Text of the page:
presentation of the relationship between
educational level and earnings may cause an
individual to reconsider dropping out of school
in favor of training necessary for a high-wage
job).
Information can be used to clarify an
individual's perceptions of his or her values,
interests, and skills (e.g., reading descriptions
of the leisure time associated with occupations
can cause an individual to increase the value
of leisure in evaluating career options).
Information can be used to narrow the
range of options being considered (e.g.,
potential employment opportunities for a
spouse can be used as a factor in evaluating
job offers).
Information can be used to support the job
placement process, e.g., individuals may prepare
for job interviews by reviewing occupational
information to better understand the
recruitment materials.
It is important to understand the purpose of
using information resources in the careerdecision making process before recommending
specific information for client use.
After determining the types of information
needed by the client, it is important to consider
the type of media that will promote the best
learning outcomes for the client.
Media sources can be classified as noninteractive or interactive.
Noninteractive media are generally linear in
nature, with their structure influencing the
selection and sequencing of information
presented. Noninteractive media typically
provide extensive information at a moderate cost.
Examples of non-interactive media include:
Print (books, pamphlets, brochures, and files);
Microform (microfiche, microfilm, and
microbooks);
Audio (commercial or locally produced audio
tapes or broadcast radio programs);
Audiovisual (commercially and locally produced
videotape programs and broadcast
television); and
Public presentations (speeches and panel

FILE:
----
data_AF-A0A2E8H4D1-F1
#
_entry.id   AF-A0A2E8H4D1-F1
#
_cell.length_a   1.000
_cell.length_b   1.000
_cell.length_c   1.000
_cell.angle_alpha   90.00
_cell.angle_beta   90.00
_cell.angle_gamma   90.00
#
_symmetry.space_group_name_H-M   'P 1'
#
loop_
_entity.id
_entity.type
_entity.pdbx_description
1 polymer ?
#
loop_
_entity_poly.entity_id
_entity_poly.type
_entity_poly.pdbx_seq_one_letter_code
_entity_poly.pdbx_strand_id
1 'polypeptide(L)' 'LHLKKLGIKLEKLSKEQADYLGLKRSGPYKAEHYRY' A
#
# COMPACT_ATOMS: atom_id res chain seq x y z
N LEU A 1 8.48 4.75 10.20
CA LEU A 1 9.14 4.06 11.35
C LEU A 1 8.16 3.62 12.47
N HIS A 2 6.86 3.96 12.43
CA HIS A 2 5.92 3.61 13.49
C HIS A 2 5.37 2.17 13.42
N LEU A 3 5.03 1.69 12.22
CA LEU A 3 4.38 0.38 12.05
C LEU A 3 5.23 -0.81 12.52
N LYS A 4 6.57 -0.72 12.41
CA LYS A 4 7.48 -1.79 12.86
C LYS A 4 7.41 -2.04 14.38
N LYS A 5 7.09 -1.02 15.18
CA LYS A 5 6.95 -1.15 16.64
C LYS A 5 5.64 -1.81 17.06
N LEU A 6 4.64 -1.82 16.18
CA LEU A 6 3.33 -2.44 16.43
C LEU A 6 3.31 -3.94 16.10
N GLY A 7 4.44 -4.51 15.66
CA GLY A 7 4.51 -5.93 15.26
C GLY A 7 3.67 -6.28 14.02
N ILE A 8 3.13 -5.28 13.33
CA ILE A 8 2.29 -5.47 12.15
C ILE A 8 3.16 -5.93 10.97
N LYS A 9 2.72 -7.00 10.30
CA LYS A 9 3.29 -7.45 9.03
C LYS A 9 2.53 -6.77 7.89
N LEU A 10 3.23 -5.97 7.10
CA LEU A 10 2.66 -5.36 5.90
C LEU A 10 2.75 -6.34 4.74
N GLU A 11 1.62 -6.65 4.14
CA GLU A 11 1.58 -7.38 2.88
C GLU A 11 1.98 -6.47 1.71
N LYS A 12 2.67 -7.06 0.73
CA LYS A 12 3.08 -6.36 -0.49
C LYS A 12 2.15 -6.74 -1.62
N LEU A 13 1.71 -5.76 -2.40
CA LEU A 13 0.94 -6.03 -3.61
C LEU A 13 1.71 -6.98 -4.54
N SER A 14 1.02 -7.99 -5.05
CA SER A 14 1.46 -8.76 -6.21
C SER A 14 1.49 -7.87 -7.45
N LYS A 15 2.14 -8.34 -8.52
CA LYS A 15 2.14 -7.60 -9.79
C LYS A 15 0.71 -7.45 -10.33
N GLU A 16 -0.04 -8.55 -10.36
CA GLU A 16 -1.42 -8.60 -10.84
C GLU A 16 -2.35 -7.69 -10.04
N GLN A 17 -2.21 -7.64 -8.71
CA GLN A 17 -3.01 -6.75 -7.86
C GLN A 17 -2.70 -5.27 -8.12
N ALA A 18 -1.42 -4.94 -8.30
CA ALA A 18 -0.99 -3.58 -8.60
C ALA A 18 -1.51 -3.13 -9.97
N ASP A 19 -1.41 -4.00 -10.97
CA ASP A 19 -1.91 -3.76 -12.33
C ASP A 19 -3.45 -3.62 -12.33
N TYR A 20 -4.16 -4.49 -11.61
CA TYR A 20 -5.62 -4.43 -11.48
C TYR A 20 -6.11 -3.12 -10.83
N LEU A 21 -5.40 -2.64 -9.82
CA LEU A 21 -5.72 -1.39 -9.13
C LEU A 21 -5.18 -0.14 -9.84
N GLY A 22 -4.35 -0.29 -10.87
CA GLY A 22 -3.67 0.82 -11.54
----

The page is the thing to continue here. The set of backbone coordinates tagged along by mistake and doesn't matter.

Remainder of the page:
discussions with audience participation).
Interactive media is generally non-linear in
nature with the individual maintaining at
least partial control over the selection and
sequencing of information dissemination.
Most interactive media are motivating for
the individual to use, but often are more
expensive than noninteractive media.
Examples of interactive media include:
Computer-assisted career guidance systems or
computer-based career information
delivery systems (include assessment,
search for options, and information
dissemination elements);
Computer-assisted instruction (instruction in
resume preparation);
Videodisks or CD-ROMS (interviews with
employed workers for individuals with
limited reading abilities);
Programmed instruction (job experience kit
that provides the opportunity to perform
actual job tasks);
Structured interview (interviewing a currently
employed worker at the job site or at a
career day);
Role playing or games (guidance activity that
allows students to try out career and life
options);
Instruction (classroom activities that allow
individuals to try out various work
behaviors, e.g., accounting);
Direct observation (shadowing a worker for a
day or taking field trips to places of
employment); and
Direct exploration (volunteer work, cooperative
education, internships, work-study
programs, or part-time employment).
There also are numerous public sources
of career information, such as State
and/or National Occupational Information Coordinating Committees and
state and U. S. Departments of Labor.
In many cases, multiple information
resources are relevant to a client's needs.
The learning potential of a resource often can
be enhanced by proper sequencing.
For example, it is best to use the information
interview to ask questions not typically
provided in occupational descriptions or
questions uniquely related to an individual's